Changing the World – One plastic bag at a time

Tuomas Mustonen with a Paptic bag

Paptic isn’t trying to create the “new plastic” bag; we’re more accurately creating the “new paper” bag by simply enhancing the qualities of paper to meet the demands of plastic.

We’re planning to replace plastic, as well as fabric, bags with a new and enhanced paper bag that is both biodegradable and extremely durable. In fact, a particular manufacturing process allows Paptic to create material that is much more pleasing to look at and to touch than plastic. Paptic was established three years ago and currently employs 12 people in an effort to productize a novel wood-based material, and it’s production method, to replace plastic.

Producing the new paper material requires no custom equipment. In fact, it’s quite the opposite; the enhanced paper can be produced on the same production lines as any regular graph paper. The difference lies in the handling and management of the pulp. Air and long fibers give “paptic” the durability and strength characteristics commonly found in plastic.

Now that our process is in place, Paptic’s next phase is expanding by acquiring more paper production equipment. This will allow us to provide large-scale product production within a few years.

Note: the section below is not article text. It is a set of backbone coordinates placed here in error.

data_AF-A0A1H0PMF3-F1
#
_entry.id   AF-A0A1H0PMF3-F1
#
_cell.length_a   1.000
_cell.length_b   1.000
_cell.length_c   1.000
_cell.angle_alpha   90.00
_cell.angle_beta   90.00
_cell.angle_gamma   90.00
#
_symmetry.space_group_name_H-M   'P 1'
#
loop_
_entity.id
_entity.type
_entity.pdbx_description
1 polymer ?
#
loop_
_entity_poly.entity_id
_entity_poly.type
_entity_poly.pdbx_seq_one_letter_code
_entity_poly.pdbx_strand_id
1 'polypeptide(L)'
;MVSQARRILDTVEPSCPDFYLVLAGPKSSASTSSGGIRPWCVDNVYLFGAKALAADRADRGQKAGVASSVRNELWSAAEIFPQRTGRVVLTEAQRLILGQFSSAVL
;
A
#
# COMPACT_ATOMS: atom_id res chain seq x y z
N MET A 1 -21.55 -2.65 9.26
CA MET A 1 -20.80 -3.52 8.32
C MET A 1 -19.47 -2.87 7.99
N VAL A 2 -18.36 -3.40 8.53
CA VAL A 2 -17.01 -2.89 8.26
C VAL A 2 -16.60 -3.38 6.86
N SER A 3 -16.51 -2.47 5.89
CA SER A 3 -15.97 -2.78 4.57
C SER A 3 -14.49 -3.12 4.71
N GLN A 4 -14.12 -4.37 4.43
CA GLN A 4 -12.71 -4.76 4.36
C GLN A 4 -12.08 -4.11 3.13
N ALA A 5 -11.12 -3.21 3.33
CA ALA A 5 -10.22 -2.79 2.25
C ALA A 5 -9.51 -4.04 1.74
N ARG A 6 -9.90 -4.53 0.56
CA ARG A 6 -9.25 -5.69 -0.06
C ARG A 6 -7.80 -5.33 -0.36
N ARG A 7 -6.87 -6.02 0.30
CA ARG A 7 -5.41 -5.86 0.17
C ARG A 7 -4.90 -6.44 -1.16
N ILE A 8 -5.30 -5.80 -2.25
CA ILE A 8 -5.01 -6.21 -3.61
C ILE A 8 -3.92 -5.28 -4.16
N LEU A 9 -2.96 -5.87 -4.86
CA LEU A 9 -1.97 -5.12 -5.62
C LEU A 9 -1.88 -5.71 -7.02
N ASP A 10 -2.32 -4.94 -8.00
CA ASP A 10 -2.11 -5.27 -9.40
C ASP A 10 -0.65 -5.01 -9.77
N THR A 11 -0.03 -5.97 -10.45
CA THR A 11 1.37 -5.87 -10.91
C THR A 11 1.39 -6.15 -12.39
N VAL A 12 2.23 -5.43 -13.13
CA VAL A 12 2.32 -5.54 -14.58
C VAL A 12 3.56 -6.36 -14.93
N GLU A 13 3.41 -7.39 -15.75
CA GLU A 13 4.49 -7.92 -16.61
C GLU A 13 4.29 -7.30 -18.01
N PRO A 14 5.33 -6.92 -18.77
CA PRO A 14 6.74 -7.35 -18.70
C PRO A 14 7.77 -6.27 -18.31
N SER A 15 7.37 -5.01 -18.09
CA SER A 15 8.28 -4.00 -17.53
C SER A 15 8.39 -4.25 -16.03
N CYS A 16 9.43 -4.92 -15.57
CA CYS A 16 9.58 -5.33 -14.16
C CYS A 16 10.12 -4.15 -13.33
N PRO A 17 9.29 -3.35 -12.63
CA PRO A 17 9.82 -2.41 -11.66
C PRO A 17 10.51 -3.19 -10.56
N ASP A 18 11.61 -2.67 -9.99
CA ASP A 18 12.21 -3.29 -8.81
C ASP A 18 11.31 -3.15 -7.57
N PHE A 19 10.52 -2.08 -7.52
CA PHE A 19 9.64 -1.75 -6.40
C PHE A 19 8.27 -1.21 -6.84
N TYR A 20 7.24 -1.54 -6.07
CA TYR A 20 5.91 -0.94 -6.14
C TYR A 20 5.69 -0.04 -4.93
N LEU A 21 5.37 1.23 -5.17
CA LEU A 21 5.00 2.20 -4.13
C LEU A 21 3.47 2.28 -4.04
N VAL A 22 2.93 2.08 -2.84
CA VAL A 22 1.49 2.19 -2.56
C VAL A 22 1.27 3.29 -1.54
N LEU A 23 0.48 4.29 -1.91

With a production capacity of 20,000 tons a year, we could produce hundreds of millions of Paptic packages and bags. Sound like a lot? It equals the yearly need of only one international clothing line.

We’re already obliged with existing contracts to produce half of that capacity—but a collaboration with a paper manufacturer or perhaps a defunct publisher with an idle printing press could really up the ante for us. A few such negotiations are already in progress.

That first machine will be a milestone—but we don’t expect our growth to stop there. The packaging market is a billion-dollar global industry. We think we’ll need more than just one machine…

The blog was originally published in Finnish on YLE’s news site. Read the original article:

Featured image by Juha-Matti Mäntylä / YLE